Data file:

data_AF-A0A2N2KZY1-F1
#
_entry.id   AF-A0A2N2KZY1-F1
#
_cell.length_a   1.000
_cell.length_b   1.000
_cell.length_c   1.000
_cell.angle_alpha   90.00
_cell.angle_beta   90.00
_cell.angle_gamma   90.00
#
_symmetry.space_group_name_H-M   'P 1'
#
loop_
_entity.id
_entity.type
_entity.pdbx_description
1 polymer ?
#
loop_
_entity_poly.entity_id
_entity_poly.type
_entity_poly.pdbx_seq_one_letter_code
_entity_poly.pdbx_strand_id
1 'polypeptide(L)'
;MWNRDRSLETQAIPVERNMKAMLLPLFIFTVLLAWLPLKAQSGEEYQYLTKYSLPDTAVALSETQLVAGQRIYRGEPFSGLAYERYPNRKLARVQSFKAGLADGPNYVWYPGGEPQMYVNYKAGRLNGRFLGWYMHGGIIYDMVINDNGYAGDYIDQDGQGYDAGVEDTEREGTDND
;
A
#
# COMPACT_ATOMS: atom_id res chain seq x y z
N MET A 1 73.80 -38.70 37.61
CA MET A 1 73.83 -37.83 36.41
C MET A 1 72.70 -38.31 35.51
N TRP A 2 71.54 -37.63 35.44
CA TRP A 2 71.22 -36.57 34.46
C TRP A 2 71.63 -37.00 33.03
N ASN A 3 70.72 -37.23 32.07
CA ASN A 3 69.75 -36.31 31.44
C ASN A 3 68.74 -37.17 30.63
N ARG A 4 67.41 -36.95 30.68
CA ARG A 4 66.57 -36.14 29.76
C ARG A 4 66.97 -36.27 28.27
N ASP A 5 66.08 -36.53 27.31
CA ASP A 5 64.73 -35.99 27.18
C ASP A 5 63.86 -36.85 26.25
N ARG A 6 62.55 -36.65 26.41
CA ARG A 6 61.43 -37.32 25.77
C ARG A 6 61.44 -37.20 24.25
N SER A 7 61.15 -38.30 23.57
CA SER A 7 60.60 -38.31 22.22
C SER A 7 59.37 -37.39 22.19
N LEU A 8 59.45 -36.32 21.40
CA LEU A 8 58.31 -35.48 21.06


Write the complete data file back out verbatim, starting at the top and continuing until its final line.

data_AF-A0A2N2KZY1-F1
#
_entry.id   AF-A0A2N2KZY1-F1
#
_cell.length_a   1.000
_cell.length_b   1.000
_cell.length_c   1.000
_cell.angle_alpha   90.00
_cell.angle_beta   90.00
_cell.angle_gamma   90.00
#
_symmetry.space_group_name_H-M   'P 1'
#
loop_
_entity.id
_entity.type
_entity.pdbx_description
1 polymer ?
#
loop_
_entity_poly.entity_id
_entity_poly.type
_entity_poly.pdbx_seq_one_letter_code
_entity_poly.pdbx_strand_id
1 'polypeptide(L)'
;MWNRDRSLETQAIPVERNMKAMLLPLFIFTVLLAWLPLKAQSGEEYQYLTKYSLPDTAVALSETQLVAGQRIYRGEPFSGLAYERYPNRKLARVQSFKAGLADGPNYVWYPGGEPQMYVNYKAGRLNGRFLGWYMHGGIIYDMVINDNGYAGDYIDQDGQGYDAGVEDTEREGTDND
;
A
#
# COMPACT_ATOMS: atom_id res chain seq x y z
N MET A 1 73.80 -38.70 37.61
CA MET A 1 73.83 -37.83 36.41
C MET A 1 72.70 -38.31 35.51
N TRP A 2 71.54 -37.63 35.44
CA TRP A 2 71.22 -36.57 34.46
C TRP A 2 71.63 -37.00 33.03
N ASN A 3 70.72 -37.23 32.07
CA ASN A 3 69.75 -36.31 31.44
C ASN A 3 68.74 -37.17 30.63
N ARG A 4 67.41 -36.95 30.68
CA ARG A 4 66.57 -36.14 29.76
C ARG A 4 66.97 -36.27 28.27
N ASP A 5 66.08 -36.53 27.31
CA ASP A 5 64.73 -35.99 27.18
C ASP A 5 63.86 -36.85 26.25
N ARG A 6 62.55 -36.65 26.41
CA ARG A 6 61.43 -37.32 25.77
C ARG A 6 61.44 -37.20 24.25
N SER A 7 61.15 -38.30 23.57
CA SER A 7 60.60 -38.31 22.22
C SER A 7 59.37 -37.39 22.19
N LEU A 8 59.45 -36.32 21.40
CA LEU A 8 58.31 -35.48 21.06